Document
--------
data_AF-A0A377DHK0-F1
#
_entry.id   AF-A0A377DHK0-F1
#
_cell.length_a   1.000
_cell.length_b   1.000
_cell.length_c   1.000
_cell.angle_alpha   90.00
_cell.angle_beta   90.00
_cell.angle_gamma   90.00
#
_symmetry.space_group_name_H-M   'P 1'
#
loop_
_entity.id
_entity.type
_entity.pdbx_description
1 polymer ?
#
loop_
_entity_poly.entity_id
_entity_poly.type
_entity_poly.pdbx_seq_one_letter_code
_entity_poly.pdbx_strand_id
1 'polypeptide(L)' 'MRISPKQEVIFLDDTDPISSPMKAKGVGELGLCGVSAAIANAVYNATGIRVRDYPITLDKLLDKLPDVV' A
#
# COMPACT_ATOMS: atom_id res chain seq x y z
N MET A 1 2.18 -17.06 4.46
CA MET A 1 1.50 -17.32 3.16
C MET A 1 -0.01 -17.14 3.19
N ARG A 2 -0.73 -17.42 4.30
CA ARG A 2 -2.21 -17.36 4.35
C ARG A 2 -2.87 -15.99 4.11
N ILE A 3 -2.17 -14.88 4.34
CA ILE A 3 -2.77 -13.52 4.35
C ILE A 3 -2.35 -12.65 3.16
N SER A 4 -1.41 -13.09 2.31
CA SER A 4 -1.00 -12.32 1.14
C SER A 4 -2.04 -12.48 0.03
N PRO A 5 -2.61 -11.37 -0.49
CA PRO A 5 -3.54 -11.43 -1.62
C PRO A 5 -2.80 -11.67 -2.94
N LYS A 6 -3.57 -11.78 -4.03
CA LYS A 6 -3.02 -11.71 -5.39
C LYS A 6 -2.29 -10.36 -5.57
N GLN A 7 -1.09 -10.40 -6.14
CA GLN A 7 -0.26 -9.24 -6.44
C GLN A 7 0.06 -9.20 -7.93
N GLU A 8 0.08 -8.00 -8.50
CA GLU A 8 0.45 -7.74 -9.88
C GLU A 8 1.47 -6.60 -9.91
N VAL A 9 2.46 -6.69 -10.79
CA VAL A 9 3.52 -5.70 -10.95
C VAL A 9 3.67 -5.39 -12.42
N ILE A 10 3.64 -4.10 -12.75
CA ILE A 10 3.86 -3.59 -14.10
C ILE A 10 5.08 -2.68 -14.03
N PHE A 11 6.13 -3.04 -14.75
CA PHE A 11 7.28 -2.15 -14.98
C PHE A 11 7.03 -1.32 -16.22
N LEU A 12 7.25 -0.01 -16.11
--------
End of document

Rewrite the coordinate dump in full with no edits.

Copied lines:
data_AF-A0A377DHK0-F1
#
_entry.id   AF-A0A377DHK0-F1
#
_cell.length_a   1.000
_cell.length_b   1.000
_cell.length_c   1.000
_cell.angle_alpha   90.00
_cell.angle_beta   90.00
_cell.angle_gamma   90.00
#
_symmetry.space_group_name_H-M   'P 1'
#
loop_
_entity.id
_entity.type
_entity.pdbx_description
1 polymer ?
#
loop_
_entity_poly.entity_id
_entity_poly.type
_entity_poly.pdbx_seq_one_letter_code
_entity_poly.pdbx_strand_id
1 'polypeptide(L)' 'MRISPKQEVIFLDDTDPISSPMKAKGVGELGLCGVSAAIANAVYNATGIRVRDYPITLDKLLDKLPDVV' A
#
# COMPACT_ATOMS: atom_id res chain seq x y z
N MET A 1 2.18 -17.06 4.46
CA MET A 1 1.50 -17.32 3.16
C MET A 1 -0.01 -17.14 3.19
N ARG A 2 -0.73 -17.42 4.30
CA ARG A 2 -2.21 -17.36 4.35
C ARG A 2 -2.87 -15.99 4.11
N ILE A 3 -2.17 -14.88 4.34
CA ILE A 3 -2.77 -13.52 4.35
C ILE A 3 -2.35 -12.65 3.16
N SER A 4 -1.41 -13.09 2.31
CA SER A 4 -1.00 -12.32 1.14
C SER A 4 -2.04 -12.48 0.03
N PRO A 5 -2.61 -11.37 -0.49
CA PRO A 5 -3.54 -11.43 -1.62
C PRO A 5 -2.80 -11.67 -2.94
N LYS A 6 -3.57 -11.78 -4.03
CA LYS A 6 -3.02 -11.71 -5.39
C LYS A 6 -2.29 -10.36 -5.57
N GLN A 7 -1.09 -10.40 -6.14
CA GLN A 7 -0.26 -9.24 -6.44
C GLN A 7 0.06 -9.20 -7.93
N GLU A 8 0.08 -8.00 -8.50
CA GLU A 8 0.45 -7.74 -9.88
C GLU A 8 1.47 -6.60 -9.91
N VAL A 9 2.46 -6.69 -10.79
CA VAL A 9 3.52 -5.70 -10.95
C VAL A 9 3.67 -5.39 -12.42
N ILE A 10 3.64 -4.10 -12.75
CA ILE A 10 3.86 -3.59 -14.10
C ILE A 10 5.08 -2.68 -14.03
N PHE A 11 6.13 -3.04 -14.75
CA PHE A 11 7.28 -2.15 -14.98
C PHE A 11 7.03 -1.32 -16.22
N LEU A 12 7.25 -0.01 -16.11